Something rather wonderful happened today: London elected the first Labour mayor for 8 years. Obviously it is not a national election but it’s a start. It filled my heart with joy.
I met Sadiq Khan two weeks ago and was impressed by his energy and enthusiasm. He toured round London like a whirlwind, from Portobello in the West to Crouch End in the North (where his face was superimposed on cakes in the fabulous Dunn’s bakery). Obviously he came to Kentish Town, where he made a great impression on my middle child Stanley. Political indoctrination starts at an early age…especially in North London.
Sadiq went East to Barking and Tower Hamlets and ended up South in Tooting, his home turf. Unlike many politicians, Sadiq does not come from privilege. He was born on a council estate, one of eight children, to a Pakistani bus driver. In an age where social mobility is frequently seen to be dying a slow death, there is no denying that Sadiq epitomises the dream – you can come from nothing and end up a success.
Obviously you can still be posh -like Tony Benn – or middle class – like myself – and still espouse left wing views. Just because you had advantages doesn’t have to make you a raving Tory – just as a lot of self made people end up voting Conservative. Political identity is complex – it can be tribal (can you name any right wing Scousers other than Edwina Currie) or it can be a form of rebellion against the class you come from.
But what I love about Sadiq is that he is the living, breathing proof that you can come from an ordinary family and be an immigrant and succeed. His story shows my students that it is worth trying to be somebody and that you do have a voice. As a young British Muslim male living in the inner city what have been your role models to date? A handful of sports stars or perhaps a few comedians? You may know a few people with money and obviously our hospitals are full of doctors of South Asian heritage. But now the Mayor of London is just like you. Obviously a very talented, ambitious version of you. But a version of you nonetheless. Is the appeal of political extremism or religious fundamentalism going to be as intense if you believe that you can make something of yourself. My students love Sadiq – just as they loved Barack Obama a few years ago – and I think this is incredibly positive.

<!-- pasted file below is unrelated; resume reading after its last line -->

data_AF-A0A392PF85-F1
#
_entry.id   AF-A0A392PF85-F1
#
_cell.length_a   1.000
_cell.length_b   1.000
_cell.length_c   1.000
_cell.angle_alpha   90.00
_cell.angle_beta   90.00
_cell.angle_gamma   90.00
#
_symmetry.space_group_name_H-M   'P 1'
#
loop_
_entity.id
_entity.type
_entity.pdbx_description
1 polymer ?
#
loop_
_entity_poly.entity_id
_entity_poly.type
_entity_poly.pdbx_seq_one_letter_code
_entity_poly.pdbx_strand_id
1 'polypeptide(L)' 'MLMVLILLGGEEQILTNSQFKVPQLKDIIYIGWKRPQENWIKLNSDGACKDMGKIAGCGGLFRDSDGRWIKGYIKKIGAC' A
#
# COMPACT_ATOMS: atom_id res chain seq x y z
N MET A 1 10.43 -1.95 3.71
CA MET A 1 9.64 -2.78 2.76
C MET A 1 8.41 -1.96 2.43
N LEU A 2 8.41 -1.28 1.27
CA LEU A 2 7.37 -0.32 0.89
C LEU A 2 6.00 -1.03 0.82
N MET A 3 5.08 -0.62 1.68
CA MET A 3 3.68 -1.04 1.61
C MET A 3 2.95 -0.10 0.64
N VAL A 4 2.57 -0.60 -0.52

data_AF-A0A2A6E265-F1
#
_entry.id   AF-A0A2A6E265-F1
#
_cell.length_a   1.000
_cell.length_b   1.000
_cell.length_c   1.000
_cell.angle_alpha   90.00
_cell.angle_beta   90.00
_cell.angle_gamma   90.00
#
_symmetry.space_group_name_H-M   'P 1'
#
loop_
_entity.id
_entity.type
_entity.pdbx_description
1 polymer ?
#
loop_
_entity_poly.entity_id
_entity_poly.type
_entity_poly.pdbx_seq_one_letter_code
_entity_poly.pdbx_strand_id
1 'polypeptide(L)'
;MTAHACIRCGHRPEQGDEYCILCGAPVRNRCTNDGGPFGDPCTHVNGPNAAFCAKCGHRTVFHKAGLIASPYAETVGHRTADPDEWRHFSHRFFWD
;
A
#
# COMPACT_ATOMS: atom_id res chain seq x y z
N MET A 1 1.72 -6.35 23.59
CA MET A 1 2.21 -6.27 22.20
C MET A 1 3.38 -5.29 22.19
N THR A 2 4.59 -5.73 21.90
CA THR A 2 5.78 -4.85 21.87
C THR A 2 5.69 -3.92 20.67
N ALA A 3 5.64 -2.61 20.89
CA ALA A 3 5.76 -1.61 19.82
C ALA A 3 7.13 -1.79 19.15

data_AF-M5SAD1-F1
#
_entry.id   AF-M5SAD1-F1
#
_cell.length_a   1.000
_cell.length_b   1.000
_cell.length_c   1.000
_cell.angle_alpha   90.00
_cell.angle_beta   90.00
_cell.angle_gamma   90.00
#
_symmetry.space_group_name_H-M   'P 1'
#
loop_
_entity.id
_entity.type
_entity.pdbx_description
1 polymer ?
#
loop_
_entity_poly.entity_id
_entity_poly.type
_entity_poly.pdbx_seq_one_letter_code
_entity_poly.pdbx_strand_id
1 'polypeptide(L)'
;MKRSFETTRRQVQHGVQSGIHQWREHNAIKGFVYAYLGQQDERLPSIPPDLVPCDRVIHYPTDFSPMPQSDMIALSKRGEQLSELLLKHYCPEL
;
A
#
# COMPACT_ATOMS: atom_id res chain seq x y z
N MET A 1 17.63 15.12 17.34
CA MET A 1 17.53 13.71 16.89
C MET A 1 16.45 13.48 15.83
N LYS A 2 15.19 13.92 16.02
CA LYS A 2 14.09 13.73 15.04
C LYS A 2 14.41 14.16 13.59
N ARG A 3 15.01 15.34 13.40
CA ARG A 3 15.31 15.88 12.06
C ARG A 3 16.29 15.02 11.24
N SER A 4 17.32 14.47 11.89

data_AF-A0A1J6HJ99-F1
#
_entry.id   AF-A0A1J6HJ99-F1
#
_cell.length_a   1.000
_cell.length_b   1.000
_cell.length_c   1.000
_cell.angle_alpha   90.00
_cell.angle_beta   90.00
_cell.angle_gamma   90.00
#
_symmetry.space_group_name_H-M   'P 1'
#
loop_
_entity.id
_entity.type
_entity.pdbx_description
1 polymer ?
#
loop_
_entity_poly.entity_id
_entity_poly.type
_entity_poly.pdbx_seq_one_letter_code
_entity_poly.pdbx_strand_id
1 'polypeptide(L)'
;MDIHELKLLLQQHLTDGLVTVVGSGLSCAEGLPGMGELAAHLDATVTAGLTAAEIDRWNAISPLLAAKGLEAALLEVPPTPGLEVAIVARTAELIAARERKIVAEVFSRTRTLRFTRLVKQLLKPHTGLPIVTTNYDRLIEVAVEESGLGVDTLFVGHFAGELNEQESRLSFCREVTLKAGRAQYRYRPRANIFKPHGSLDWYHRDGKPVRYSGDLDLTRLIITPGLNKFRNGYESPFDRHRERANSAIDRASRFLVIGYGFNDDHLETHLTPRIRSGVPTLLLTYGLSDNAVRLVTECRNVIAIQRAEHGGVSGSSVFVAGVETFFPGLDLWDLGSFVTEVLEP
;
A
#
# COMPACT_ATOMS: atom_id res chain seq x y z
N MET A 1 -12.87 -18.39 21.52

Sadiq Khan is the face of 21st century London – vibrant, multicultural, inclusive and diverse. He represents the people who get the early bus to work, who pack the tubes and pour out of the trains every morning. He represents work, achievement and the desire to make London a city where it is possible to live without being a member of the global super rich. He has promised to build more affordable homes and I genuinely hope he achieves this as it saddens me deeply how expensive London has become to buy or even rent a home in. Part of this is down to demographics – London has 2 million more people living here than it did in the 1990s. But a lot of it is down to the cosy deals Boris did with developers and the current government’s utter contempt for social housing. This needs to change and I hope Sadiq will help.
I am also intrigued by the make-up of Sadiq’s team of advisors and supporters, which includes Oona King and Andrew Adonis. A very different Labour to the Labour of Jeremy Corbyn, Ken Livingstone and Diane Abbott. Sadiq is basically surrounded by Blairites – the people pushed to the margins by the Corbynistas. As they say, fortune’s wheel will turn…